Foxtail agave - 10 seeds
Foxtail agave - 10 seeds
Agave attenuata is an unusual succulent belonging to the Agave plant genus and the Asparagaceae family of plants. It’s native to the Mexican state of Jalisco where it produces a long, curved stem with greenish-yellow flowers. Fox Tail Agave is a particularly showy plant, even without blooms. It grows in a rosette shape that packs a lot of visual interest. It looks great in modern gardens, desert gardens, and around tropical plants. Since it does not have prickly spines, the plant poses little threat to animals and small children.
1. Mix equal amounts of garden soil, sand and broken brick perlite. Sterilize prepared substrate by putting it in a microwave for 3 minutes or in your oven for 45 minutes approximately.
2. Previously prepared containers for planting are to be filled with substrate, but while doing it, be careful and leave some space at the top, at least 0.5 inches (2cm). Add plenty of water and leave the container, so that the water has some time to decant.
3. Plant Agave seeds, but leave at least 0.4 inches (1cm) of space between each seed. Then cover the seeds again with a thin layer of substrate, and to finish it off, cover it with a thin layer of fine gravel, with grains no bigger than 0.12 inches (3mm). Water it again.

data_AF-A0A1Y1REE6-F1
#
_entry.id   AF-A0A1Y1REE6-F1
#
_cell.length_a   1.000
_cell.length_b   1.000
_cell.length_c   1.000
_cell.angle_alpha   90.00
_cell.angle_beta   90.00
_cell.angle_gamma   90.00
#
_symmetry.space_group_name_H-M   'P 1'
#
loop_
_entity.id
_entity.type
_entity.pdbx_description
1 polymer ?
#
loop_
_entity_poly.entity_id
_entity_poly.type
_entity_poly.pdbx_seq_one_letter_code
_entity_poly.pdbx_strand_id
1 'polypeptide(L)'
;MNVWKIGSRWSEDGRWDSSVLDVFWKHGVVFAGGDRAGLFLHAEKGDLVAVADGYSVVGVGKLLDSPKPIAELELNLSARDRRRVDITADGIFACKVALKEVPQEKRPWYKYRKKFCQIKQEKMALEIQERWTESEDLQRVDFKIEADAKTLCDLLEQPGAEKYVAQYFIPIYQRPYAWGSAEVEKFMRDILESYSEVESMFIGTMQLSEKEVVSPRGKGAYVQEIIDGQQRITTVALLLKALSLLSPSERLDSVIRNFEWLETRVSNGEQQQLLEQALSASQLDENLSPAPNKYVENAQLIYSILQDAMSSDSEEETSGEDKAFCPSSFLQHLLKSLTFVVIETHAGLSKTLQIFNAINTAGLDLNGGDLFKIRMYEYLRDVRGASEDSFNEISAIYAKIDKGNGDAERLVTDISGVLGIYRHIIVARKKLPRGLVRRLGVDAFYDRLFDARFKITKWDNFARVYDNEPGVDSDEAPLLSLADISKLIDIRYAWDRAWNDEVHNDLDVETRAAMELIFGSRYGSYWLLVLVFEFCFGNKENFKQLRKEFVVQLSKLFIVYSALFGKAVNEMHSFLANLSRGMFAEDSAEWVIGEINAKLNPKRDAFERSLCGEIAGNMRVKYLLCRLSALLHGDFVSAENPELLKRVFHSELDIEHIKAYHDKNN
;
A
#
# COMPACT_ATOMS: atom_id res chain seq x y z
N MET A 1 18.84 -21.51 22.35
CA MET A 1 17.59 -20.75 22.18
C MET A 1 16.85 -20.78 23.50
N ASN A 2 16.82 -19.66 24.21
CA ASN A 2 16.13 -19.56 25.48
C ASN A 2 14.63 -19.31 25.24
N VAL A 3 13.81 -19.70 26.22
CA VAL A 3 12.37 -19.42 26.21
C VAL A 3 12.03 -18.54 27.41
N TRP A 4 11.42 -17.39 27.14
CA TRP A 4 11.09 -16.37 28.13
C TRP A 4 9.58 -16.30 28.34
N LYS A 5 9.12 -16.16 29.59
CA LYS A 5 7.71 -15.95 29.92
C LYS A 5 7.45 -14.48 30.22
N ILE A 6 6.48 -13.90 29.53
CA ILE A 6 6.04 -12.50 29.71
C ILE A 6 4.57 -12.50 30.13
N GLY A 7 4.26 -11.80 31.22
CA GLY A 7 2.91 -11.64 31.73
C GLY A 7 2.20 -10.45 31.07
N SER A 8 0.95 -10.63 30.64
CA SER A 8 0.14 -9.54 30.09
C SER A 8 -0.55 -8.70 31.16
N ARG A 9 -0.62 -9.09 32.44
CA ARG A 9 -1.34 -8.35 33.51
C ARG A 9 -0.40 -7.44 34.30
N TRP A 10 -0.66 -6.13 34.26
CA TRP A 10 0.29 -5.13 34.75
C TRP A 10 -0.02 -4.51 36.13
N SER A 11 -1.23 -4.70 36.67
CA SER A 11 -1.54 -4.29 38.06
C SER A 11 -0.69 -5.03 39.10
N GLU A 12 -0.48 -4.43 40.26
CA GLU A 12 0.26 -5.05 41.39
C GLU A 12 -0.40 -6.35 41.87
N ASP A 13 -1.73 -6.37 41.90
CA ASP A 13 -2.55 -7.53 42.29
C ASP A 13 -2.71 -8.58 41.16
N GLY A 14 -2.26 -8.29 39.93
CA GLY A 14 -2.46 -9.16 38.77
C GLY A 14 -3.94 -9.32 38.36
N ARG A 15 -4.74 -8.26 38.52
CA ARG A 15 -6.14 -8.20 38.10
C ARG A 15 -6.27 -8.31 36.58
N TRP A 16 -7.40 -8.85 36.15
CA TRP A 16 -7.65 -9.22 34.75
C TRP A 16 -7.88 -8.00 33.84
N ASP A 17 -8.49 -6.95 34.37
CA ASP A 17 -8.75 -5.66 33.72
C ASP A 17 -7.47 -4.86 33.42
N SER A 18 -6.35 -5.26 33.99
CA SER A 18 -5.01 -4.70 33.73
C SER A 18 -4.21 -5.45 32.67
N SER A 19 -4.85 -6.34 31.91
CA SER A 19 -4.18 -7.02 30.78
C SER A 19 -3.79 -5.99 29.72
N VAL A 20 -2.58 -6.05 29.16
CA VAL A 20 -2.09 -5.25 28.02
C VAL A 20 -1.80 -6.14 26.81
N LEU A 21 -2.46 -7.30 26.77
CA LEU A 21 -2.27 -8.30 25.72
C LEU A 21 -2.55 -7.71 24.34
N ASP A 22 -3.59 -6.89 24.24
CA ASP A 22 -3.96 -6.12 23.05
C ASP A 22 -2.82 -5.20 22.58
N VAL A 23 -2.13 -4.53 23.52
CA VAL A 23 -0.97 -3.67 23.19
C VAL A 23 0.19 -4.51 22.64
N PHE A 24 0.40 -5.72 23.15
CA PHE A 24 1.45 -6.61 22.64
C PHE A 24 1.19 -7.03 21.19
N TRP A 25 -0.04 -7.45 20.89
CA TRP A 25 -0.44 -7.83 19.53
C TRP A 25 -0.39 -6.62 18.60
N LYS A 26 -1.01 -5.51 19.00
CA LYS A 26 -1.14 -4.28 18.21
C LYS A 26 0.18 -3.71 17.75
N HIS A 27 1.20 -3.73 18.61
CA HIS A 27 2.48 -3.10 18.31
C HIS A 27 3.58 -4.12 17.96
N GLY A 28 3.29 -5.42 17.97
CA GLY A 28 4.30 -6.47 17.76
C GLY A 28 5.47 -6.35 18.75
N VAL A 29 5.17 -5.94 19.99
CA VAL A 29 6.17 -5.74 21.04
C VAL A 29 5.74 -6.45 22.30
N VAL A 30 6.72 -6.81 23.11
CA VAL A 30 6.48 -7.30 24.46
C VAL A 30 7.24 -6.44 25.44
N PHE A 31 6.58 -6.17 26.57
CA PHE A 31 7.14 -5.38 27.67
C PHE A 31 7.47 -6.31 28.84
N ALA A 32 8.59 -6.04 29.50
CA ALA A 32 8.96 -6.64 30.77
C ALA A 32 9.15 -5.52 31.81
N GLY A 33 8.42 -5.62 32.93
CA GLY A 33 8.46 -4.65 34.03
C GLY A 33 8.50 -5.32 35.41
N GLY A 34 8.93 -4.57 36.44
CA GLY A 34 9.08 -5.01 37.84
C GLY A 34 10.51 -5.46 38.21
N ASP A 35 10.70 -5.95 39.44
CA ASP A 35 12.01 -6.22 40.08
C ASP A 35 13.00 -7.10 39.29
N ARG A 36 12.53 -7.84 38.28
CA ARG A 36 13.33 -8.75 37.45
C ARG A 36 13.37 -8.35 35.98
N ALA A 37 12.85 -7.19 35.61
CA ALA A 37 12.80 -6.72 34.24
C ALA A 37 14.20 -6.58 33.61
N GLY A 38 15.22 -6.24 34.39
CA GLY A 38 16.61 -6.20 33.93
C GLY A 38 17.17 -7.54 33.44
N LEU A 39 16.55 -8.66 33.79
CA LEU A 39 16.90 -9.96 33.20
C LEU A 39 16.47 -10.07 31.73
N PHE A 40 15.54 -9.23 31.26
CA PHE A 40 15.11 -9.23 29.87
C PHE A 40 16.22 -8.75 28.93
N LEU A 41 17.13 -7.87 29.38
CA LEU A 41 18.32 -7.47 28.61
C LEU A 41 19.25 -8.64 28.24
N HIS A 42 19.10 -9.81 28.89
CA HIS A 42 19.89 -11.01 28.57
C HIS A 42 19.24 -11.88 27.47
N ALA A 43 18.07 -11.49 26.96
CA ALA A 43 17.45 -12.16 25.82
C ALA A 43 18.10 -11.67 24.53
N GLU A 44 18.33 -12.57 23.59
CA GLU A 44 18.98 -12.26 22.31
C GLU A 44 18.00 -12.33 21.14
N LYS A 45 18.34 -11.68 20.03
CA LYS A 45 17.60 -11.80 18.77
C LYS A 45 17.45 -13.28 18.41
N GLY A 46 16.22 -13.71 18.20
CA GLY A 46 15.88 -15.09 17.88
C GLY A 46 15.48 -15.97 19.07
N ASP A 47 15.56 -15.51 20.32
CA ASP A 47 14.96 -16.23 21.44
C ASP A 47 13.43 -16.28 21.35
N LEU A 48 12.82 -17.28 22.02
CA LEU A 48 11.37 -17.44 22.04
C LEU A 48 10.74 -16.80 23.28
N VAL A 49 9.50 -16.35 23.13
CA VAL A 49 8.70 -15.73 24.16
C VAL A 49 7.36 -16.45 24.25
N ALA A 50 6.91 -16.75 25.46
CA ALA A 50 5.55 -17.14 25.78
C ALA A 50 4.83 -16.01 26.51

4. Moisture is the most important part for seed germination. It’s best to cover the container with a piece of nylon or a plastic bag in order to keep it moisturized. The container with seeds should be put somewhere warm, but not exposed to direct sunlight. The temperature needed for Agave to germinate is 77°F (25°C) and above.
5. The germination can start as soon as 4 days after planting, but it’s more frequent for it to start after 10-12 days. Remove the glass that kept the container moisturized 2 weeks after planting.
6. You need to spray the substrate every day, it cannot be let to completely dry off. It is also important to provide the plant with sufficient sunlight during the day, but avoid direct sunlight for a couple of months. It’s of great importance for Agaves not to change its light regime during this sensitive period. Try to provide it with a similar amount of light every day.
7. Agave’s seedlings have a tendency to fall over, which can be fatal for them. You can prevent that by adding some pebbles around the plants. Agaves bred from the seed start off as one leaf. The empty shell of the seed can stay at the top of the plant for a long time. You can take it of gently by yourself, but it’s not necessary. The plant starts to form a new leaf four weeks after germination, so they start looking like mature Agaves. However, only after forming the third leaf will Agaves look more like their parents.
Light: Bright sunlight year-round. Consider moving your plants outside during the summer, where they can luxuriate in full sunlight, and make sure they get plenty of winter light.
Water: In spring, water with warm water just as the soil begins to dry out. Don’t let the soil become completely dry. In the winter and fall, when growth is suspended, water very lightly.
Temperature: They prefer warm spring and summer temperatures (70ºF/21ºC – 90ºF/32ºC) and cooler fall and winter temps (50ºF/10ºC – 60ºF/15ºC).